(a) printing a positional misalignment test pattern including a plurality of test sub-pattern pairs at different positions in the main scanning direction, each test sub-pattern pair including a rear test sub-pattern and a front test sub-pattern printed at different positions shifted in the sub-scanning direction, the plurality of test sub-pattern pairs being printed with different correction values, respectively;
(b) determining a correction value according to correction information that represents a favorable correction state selected based on the positional misalignment test pattern; and
(c) correcting the misalignment of recording positions in the main scanning direction occurring in bidirectional printing, using the correction value, wherein the step (a) includes the steps of,
(a1) printing the front test sub-patterns with a front nozzle sub-group on a printing medium on a selected one of the forward pass and the backward pass of the main scan of the print head, the front nozzle sub-group being part of the nozzle group and including nozzles located in a relatively forward section of the nozzle group in a sub-scanning direction, the front nozzle sub-group being selected to eject a first identical color ink, and
(a2) printing the rear test sub-patterns with a rear nozzle sub-group on the printing medium on the other of the forward pass and the backward pass of the main scan of the print head, the rear nozzle sub-group being part of the nozzle group and including nozzles located in a relatively backward section of the nozzle group in the sub-scanning direction, the rear nozzle sub-group being selected to eject a second identical color ink,
wherein at least one nozzle in the rear nozzle sub-group is not in the front nozzle sub-group, and at least one nozzle in the front nozzle sub-group is not in the rear nozzle sub-group, and the relatively forward and backward sections respectively cover a same range in the sub-scanning direction.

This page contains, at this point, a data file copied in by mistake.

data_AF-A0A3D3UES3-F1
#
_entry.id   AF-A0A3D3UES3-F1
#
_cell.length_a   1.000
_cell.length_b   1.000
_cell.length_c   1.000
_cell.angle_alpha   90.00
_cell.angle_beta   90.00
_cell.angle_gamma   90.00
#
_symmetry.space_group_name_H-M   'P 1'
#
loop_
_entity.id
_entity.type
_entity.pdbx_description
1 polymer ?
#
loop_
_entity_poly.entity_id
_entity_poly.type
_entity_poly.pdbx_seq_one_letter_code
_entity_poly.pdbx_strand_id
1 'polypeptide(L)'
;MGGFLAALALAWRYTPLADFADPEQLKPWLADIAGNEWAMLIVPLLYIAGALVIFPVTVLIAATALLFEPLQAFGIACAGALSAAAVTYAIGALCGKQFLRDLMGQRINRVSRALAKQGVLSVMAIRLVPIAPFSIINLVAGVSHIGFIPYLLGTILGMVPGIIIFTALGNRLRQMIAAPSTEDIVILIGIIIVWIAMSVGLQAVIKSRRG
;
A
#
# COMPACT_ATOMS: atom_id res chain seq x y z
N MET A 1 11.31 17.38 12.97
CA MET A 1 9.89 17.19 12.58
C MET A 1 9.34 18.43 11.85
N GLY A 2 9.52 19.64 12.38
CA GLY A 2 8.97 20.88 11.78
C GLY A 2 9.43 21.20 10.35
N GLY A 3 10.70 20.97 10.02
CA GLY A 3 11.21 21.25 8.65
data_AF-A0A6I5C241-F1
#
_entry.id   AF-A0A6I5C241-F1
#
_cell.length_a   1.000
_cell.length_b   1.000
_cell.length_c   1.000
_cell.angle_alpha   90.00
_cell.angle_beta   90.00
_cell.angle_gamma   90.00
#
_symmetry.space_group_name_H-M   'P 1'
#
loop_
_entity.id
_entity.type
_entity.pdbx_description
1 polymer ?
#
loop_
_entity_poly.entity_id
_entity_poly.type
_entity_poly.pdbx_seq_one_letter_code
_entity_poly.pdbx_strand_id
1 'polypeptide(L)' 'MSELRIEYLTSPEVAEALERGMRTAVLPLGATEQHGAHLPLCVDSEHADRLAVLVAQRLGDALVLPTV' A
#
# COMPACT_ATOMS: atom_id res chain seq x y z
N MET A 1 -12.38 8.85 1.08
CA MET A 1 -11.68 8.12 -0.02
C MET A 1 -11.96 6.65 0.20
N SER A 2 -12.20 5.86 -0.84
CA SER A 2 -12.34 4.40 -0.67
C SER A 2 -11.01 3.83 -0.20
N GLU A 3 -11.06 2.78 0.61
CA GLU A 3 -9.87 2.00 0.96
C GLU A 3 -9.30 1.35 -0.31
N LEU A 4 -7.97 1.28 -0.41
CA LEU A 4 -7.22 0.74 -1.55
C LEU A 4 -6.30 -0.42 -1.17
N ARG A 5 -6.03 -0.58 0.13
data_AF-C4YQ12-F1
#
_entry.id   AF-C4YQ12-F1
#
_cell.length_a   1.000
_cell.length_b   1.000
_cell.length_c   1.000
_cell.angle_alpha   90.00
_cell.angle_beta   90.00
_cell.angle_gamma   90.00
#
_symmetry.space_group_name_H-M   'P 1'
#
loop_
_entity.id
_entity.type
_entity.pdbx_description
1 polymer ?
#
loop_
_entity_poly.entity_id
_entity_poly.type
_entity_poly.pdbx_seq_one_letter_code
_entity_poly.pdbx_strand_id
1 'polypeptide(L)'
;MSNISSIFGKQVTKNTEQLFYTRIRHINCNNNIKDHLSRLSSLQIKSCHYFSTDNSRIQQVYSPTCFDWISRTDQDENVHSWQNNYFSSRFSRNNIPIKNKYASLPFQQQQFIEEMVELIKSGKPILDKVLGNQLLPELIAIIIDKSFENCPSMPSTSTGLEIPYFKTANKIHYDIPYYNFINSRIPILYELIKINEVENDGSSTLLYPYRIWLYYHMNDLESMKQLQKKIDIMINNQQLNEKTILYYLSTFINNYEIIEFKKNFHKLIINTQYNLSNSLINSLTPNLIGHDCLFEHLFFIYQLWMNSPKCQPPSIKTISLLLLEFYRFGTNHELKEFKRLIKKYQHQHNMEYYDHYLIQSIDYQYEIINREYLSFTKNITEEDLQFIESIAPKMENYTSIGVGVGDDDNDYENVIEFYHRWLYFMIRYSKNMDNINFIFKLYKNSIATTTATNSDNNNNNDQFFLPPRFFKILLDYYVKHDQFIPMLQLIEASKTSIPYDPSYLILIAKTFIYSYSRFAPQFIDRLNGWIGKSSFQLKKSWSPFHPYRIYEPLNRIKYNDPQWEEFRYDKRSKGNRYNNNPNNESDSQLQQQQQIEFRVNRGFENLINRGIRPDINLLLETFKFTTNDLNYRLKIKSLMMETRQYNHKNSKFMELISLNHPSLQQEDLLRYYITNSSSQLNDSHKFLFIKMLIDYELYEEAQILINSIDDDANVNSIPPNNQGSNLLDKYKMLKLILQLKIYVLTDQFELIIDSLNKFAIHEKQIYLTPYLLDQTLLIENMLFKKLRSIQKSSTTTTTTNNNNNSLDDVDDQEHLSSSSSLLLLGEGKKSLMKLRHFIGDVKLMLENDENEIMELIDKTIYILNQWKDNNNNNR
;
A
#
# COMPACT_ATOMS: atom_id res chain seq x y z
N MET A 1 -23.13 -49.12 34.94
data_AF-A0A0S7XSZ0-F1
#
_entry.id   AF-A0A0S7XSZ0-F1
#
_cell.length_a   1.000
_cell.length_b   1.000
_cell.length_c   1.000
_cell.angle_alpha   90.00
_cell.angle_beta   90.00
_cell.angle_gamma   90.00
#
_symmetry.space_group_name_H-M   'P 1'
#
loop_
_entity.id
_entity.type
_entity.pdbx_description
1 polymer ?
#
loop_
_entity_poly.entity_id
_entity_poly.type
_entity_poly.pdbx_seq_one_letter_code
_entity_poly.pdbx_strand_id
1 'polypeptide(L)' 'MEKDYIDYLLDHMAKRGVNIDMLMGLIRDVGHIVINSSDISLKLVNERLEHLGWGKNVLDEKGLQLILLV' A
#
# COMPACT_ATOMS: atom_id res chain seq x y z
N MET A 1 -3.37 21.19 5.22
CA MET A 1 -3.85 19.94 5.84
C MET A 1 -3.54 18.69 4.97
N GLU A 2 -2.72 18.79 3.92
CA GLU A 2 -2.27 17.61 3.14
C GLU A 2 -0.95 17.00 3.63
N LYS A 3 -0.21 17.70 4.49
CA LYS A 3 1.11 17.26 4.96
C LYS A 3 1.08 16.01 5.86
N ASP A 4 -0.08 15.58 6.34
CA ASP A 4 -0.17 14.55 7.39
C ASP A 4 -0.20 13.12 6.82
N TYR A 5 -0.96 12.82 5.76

21. The printing apparatus of claim 20, wherein the front test sub-pattern includes all dots printed on the selected one of the forward pass and the backward pass, and the rear test sub-pattern includes all dots printed on the other of the forward pass and the backward pass.
Description
TECHNICAL FIELD

The present invention relates to a technique that carries out bidirectional, reciprocating main scan to prints an image on a printing medium. More specifically the present invention pertains to a technique that adjusts misalignment of dot recording positions in a main scanning direction between a forward pass and a backward pass of the main scan.

BACKGROUND ART

Recently color printers having a print head that ejects a plurality of different color inks have been widely used as an output device of computers. Some of such color printers have the function of “bidirectional printing” for the purpose of enhanced printing speed.

In bidirectional printing, misalignment of recording positions in a main scanning direction between a forward pass and a backward pass of main scan often arises due to backlash of a driving mechanism in the main scanning direction or a warp of a platen that supports a printing medium thereon. One of the known techniques proposed to relieve such positional misalignment is disclosed in JPA 5-69625 filed by the applicant of the present invention. This prior art technique registers in advance a potential amount of positional misalignment (deviation in printing) in the main scanning direction and adjusts the dot recording positions on the forward pass and on the backward pass, based on the registered amount of positional misalignment.